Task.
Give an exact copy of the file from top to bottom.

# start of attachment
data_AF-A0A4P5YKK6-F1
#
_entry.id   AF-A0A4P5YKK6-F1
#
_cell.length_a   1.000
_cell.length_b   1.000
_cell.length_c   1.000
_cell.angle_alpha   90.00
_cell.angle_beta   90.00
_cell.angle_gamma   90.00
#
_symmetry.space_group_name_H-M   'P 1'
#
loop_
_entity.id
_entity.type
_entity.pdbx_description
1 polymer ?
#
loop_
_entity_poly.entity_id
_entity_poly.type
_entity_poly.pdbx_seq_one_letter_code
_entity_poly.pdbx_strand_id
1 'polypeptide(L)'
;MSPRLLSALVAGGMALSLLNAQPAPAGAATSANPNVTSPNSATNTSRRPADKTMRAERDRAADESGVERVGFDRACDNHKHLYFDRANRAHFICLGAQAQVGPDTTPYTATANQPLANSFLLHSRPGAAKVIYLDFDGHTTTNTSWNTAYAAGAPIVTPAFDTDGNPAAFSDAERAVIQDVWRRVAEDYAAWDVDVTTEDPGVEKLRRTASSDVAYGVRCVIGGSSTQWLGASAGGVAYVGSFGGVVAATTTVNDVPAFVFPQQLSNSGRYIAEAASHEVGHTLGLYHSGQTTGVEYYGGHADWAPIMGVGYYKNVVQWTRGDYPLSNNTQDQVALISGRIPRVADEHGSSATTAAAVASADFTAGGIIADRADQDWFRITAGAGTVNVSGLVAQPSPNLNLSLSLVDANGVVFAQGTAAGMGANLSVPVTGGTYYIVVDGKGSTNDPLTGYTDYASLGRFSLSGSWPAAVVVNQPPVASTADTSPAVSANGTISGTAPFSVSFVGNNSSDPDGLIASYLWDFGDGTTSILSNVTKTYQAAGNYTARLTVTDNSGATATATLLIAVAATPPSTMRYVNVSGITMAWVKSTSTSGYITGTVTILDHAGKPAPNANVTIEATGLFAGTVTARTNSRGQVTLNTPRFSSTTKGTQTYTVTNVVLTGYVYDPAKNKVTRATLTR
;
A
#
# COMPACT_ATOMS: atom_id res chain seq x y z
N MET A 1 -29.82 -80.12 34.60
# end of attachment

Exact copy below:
data_AF-A0A4P5YKK6-F1
#
_entry.id   AF-A0A4P5YKK6-F1
#
_cell.length_a   1.000
_cell.length_b   1.000
_cell.length_c   1.000
_cell.angle_alpha   90.00
_cell.angle_beta   90.00
_cell.angle_gamma   90.00
#
_symmetry.space_group_name_H-M   'P 1'
#
loop_
_entity.id
_entity.type
_entity.pdbx_description
1 polymer ?
#
loop_
_entity_poly.entity_id
_entity_poly.type
_entity_poly.pdbx_seq_one_letter_code
_entity_poly.pdbx_strand_id
1 'polypeptide(L)'
;MSPRLLSALVAGGMALSLLNAQPAPAGAATSANPNVTSPNSATNTSRRPADKTMRAERDRAADESGVERVGFDRACDNHKHLYFDRANRAHFICLGAQAQVGPDTTPYTATANQPLANSFLLHSRPGAAKVIYLDFDGHTTTNTSWNTAYAAGAPIVTPAFDTDGNPAAFSDAERAVIQDVWRRVAEDYAAWDVDVTTEDPGVEKLRRTASSDVAYGVRCVIGGSSTQWLGASAGGVAYVGSFGGVVAATTTVNDVPAFVFPQQLSNSGRYIAEAASHEVGHTLGLYHSGQTTGVEYYGGHADWAPIMGVGYYKNVVQWTRGDYPLSNNTQDQVALISGRIPRVADEHGSSATTAAAVASADFTAGGIIADRADQDWFRITAGAGTVNVSGLVAQPSPNLNLSLSLVDANGVVFAQGTAAGMGANLSVPVTGGTYYIVVDGKGSTNDPLTGYTDYASLGRFSLSGSWPAAVVVNQPPVASTADTSPAVSANGTISGTAPFSVSFVGNNSSDPDGLIASYLWDFGDGTTSILSNVTKTYQAAGNYTARLTVTDNSGATATATLLIAVAATPPSTMRYVNVSGITMAWVKSTSTSGYITGTVTILDHAGKPAPNANVTIEATGLFAGTVTARTNSRGQVTLNTPRFSSTTKGTQTYTVTNVVLTGYVYDPAKNKVTRATLTR
;
A
#
# COMPACT_ATOMS: atom_id res chain seq x y z
N MET A 1 -29.82 -80.12 34.60